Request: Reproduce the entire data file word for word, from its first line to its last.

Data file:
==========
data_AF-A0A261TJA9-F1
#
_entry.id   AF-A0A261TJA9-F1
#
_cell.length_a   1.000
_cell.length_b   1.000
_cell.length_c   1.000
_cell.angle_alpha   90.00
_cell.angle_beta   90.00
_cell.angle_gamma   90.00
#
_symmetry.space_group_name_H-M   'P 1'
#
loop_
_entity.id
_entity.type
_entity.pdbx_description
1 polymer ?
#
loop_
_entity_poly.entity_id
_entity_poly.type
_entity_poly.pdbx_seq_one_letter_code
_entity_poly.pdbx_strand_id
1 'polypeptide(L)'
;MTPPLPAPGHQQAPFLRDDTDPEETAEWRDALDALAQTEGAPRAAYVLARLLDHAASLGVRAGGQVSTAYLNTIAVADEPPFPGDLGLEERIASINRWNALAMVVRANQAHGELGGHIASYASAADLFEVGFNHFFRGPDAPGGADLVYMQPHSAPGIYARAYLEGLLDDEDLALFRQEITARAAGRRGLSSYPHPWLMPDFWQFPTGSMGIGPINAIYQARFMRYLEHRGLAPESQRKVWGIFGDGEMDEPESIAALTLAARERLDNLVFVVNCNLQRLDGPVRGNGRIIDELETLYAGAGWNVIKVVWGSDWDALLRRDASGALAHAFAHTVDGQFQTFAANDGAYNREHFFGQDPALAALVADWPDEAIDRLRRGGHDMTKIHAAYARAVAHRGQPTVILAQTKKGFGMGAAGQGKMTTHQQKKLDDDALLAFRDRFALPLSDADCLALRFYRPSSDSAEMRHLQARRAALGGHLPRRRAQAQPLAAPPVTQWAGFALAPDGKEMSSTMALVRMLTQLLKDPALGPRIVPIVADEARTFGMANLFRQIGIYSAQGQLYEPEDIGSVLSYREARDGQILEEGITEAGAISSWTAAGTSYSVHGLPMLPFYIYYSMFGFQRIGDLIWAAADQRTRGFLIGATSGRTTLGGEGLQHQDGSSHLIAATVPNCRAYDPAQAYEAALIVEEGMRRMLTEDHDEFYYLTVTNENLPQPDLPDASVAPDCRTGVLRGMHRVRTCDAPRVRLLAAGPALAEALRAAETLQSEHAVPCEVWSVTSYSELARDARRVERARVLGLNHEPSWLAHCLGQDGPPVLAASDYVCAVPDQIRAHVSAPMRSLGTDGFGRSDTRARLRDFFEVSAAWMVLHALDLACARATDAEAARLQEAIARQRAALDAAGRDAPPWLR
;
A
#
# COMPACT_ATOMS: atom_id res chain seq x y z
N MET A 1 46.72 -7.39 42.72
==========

data_AF-A0A261TJA9-F1
#
_entry.id   AF-A0A261TJA9-F1
#
_cell.length_a   1.000
_cell.length_b   1.000
_cell.length_c   1.000
_cell.angle_alpha   90.00
_cell.angle_beta   90.00
_cell.angle_gamma   90.00
#
_symmetry.space_group_name_H-M   'P 1'
#
loop_
_entity.id
_entity.type
_entity.pdbx_description
1 polymer ?
#
loop_
_entity_poly.entity_id
_entity_poly.type
_entity_poly.pdbx_seq_one_letter_code
_entity_poly.pdbx_strand_id
1 'polypeptide(L)'
;MTPPLPAPGHQQAPFLRDDTDPEETAEWRDALDALAQTEGAPRAAYVLARLLDHAASLGVRAGGQVSTAYLNTIAVADEPPFPGDLGLEERIASINRWNALAMVVRANQAHGELGGHIASYASAADLFEVGFNHFFRGPDAPGGADLVYMQPHSAPGIYARAYLEGLLDDEDLALFRQEITARAAGRRGLSSYPHPWLMPDFWQFPTGSMGIGPINAIYQARFMRYLEHRGLAPESQRKVWGIFGDGEMDEPESIAALTLAARERLDNLVFVVNCNLQRLDGPVRGNGRIIDELETLYAGAGWNVIKVVWGSDWDALLRRDASGALAHAFAHTVDGQFQTFAANDGAYNREHFFGQDPALAALVADWPDEAIDRLRRGGHDMTKIHAAYARAVAHRGQPTVILAQTKKGFGMGAAGQGKMTTHQQKKLDDDALLAFRDRFALPLSDADCLALRFYRPSSDSAEMRHLQARRAALGGHLPRRRAQAQPLAAPPVTQWAGFALAPDGKEMSSTMALVRMLTQLLKDPALGPRIVPIVADEARTFGMANLFRQIGIYSAQGQLYEPEDIGSVLSYREARDGQILEEGITEAGAISSWTAAGTSYSVHGLPMLPFYIYYSMFGFQRIGDLIWAAADQRTRGFLIGATSGRTTLGGEGLQHQDGSSHLIAATVPNCRAYDPAQAYEAALIVEEGMRRMLTEDHDEFYYLTVTNENLPQPDLPDASVAPDCRTGVLRGMHRVRTCDAPRVRLLAAGPALAEALRAAETLQSEHAVPCEVWSVTSYSELARDARRVERARVLGLNHEPSWLAHCLGQDGPPVLAASDYVCAVPDQIRAHVSAPMRSLGTDGFGRSDTRARLRDFFEVSAAWMVLHALDLACARATDAEAARLQEAIARQRAALDAAGRDAPPWLR
;
A
#
# COMPACT_ATOMS: atom_id res chain seq x y z
N MET A 1 46.72 -7.39 42.72